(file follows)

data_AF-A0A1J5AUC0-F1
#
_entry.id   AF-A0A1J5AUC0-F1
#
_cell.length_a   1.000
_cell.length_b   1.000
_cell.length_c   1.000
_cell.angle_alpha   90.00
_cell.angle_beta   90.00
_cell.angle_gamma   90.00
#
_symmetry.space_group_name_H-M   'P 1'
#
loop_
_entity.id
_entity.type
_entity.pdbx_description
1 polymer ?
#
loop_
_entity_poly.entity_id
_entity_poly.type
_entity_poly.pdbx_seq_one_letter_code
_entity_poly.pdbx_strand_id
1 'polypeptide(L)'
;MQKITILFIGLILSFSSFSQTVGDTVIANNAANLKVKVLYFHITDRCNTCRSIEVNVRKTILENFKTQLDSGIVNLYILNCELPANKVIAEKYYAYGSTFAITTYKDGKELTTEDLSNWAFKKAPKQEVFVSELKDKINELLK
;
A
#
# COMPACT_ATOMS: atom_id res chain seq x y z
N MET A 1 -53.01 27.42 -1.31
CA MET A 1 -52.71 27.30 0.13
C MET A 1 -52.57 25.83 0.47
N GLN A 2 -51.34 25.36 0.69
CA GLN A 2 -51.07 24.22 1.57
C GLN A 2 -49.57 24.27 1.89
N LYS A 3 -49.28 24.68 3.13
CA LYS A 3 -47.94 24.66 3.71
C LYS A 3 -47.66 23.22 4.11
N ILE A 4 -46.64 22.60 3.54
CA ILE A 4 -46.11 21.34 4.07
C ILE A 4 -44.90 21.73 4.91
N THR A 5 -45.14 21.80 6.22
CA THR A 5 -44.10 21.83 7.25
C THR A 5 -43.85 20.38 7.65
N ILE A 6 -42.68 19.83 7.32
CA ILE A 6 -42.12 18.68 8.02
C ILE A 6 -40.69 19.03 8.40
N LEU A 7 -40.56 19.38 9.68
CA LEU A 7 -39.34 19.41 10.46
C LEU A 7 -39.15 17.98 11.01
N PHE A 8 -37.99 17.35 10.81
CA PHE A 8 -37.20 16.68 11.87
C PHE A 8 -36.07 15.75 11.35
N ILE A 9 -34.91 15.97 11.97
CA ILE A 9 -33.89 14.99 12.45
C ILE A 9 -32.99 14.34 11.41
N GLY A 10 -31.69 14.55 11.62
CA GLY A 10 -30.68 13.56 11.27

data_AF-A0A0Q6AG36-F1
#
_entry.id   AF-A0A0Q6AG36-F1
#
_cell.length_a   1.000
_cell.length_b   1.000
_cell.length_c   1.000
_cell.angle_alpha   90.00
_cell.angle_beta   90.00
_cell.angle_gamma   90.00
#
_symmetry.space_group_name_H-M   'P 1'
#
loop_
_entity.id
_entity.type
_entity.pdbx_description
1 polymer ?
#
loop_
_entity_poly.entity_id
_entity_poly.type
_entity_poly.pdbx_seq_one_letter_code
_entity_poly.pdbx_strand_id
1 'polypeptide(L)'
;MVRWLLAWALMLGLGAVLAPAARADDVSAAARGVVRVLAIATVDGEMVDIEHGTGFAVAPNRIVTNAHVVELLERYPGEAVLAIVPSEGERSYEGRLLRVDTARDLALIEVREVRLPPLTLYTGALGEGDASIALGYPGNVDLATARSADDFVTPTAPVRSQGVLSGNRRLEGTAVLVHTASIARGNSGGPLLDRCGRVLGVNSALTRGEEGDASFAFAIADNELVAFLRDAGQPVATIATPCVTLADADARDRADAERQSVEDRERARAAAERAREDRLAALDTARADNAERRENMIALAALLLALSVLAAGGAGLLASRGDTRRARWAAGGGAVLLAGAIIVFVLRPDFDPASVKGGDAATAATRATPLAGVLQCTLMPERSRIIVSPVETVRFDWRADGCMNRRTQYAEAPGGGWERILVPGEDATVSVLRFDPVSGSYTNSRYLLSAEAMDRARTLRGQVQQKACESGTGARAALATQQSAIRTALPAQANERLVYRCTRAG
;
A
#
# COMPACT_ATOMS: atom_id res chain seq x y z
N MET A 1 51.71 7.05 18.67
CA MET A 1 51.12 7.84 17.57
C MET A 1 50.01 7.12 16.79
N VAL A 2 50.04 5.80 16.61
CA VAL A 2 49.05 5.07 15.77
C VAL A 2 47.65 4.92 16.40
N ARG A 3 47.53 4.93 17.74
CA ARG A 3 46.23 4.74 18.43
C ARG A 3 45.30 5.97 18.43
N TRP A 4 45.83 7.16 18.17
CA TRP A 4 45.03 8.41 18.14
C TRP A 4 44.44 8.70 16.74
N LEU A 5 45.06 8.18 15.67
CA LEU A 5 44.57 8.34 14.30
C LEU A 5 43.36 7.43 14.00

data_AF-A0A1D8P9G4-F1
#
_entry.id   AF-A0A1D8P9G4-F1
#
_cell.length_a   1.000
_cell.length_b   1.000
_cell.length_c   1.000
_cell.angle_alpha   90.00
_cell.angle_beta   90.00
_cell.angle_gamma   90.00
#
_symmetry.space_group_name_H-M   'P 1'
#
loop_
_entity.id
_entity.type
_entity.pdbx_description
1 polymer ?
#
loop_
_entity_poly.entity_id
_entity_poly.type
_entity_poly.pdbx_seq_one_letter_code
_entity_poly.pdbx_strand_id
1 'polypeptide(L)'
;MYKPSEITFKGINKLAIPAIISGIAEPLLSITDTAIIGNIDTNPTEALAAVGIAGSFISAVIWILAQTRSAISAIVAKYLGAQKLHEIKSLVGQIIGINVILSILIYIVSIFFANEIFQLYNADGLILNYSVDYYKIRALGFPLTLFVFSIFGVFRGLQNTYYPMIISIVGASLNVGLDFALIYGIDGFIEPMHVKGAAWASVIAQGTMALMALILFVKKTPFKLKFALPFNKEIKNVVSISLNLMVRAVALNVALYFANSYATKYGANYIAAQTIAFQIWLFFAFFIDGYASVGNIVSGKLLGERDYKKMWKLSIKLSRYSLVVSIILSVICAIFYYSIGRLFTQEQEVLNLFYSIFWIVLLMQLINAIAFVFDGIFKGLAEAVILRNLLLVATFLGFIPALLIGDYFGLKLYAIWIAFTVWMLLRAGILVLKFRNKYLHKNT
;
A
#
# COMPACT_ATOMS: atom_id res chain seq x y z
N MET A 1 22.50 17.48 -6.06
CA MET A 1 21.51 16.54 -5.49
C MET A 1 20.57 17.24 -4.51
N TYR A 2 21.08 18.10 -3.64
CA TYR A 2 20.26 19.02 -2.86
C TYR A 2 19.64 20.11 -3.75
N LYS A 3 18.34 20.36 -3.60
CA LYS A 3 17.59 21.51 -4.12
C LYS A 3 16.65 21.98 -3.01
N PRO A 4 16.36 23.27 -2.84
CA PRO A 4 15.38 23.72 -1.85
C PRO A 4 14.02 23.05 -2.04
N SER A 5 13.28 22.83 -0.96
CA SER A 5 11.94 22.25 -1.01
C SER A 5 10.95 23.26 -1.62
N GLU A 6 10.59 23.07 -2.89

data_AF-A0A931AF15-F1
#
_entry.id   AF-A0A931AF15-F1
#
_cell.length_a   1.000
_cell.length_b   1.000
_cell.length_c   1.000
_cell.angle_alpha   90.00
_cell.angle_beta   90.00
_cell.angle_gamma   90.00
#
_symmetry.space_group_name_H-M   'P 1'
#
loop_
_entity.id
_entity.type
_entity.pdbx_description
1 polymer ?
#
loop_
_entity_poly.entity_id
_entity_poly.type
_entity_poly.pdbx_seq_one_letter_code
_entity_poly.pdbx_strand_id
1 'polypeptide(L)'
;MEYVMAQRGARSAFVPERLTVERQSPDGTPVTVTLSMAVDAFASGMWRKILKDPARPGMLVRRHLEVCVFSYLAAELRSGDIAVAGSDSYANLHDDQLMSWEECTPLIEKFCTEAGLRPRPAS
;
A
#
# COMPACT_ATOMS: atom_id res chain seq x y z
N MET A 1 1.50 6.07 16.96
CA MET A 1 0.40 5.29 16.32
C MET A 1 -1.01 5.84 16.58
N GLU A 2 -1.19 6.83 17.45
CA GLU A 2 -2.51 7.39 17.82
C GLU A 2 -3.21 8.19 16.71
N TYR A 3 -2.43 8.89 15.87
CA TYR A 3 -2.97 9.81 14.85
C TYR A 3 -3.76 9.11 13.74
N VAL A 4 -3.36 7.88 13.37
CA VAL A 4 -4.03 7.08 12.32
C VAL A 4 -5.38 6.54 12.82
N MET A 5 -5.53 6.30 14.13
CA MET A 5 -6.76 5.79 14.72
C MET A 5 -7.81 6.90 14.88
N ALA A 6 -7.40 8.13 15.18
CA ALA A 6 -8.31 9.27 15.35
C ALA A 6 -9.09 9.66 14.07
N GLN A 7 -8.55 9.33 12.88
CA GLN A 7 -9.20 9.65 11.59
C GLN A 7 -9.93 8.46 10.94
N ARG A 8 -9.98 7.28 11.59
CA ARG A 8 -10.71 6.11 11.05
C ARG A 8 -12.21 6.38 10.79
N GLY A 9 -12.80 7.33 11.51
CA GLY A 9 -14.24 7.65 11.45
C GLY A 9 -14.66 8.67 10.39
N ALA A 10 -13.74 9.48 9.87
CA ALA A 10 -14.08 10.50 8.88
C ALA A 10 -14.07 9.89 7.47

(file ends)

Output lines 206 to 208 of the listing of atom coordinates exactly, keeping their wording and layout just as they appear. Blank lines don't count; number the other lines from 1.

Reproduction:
CA GLY A 9 -14.24 7.65 11.45
C GLY A 9 -14.66 8.67 10.39
N ALA A 10 -13.74 9.48 9.87